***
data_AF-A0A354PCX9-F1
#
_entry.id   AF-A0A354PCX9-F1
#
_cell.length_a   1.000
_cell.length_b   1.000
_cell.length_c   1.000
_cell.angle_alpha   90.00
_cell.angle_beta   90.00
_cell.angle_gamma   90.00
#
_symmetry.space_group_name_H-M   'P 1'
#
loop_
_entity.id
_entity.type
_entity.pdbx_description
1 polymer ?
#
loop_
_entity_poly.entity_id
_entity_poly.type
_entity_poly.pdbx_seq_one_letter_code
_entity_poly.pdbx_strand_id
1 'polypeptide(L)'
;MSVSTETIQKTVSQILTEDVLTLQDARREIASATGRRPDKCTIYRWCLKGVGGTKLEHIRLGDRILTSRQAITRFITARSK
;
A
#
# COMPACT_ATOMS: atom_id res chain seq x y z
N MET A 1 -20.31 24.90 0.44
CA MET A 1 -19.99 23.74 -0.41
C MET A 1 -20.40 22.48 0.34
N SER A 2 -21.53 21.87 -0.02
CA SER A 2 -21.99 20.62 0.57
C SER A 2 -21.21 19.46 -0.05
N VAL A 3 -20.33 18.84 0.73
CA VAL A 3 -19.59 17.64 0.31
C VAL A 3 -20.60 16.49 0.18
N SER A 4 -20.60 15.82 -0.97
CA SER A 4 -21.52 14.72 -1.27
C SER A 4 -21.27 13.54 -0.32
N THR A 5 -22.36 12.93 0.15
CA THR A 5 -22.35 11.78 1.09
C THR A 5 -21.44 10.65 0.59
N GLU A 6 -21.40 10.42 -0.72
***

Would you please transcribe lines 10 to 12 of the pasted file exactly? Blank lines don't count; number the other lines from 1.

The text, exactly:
_cell.angle_gamma   90.00
#
_symmetry.space_group_name_H-M   'P 1'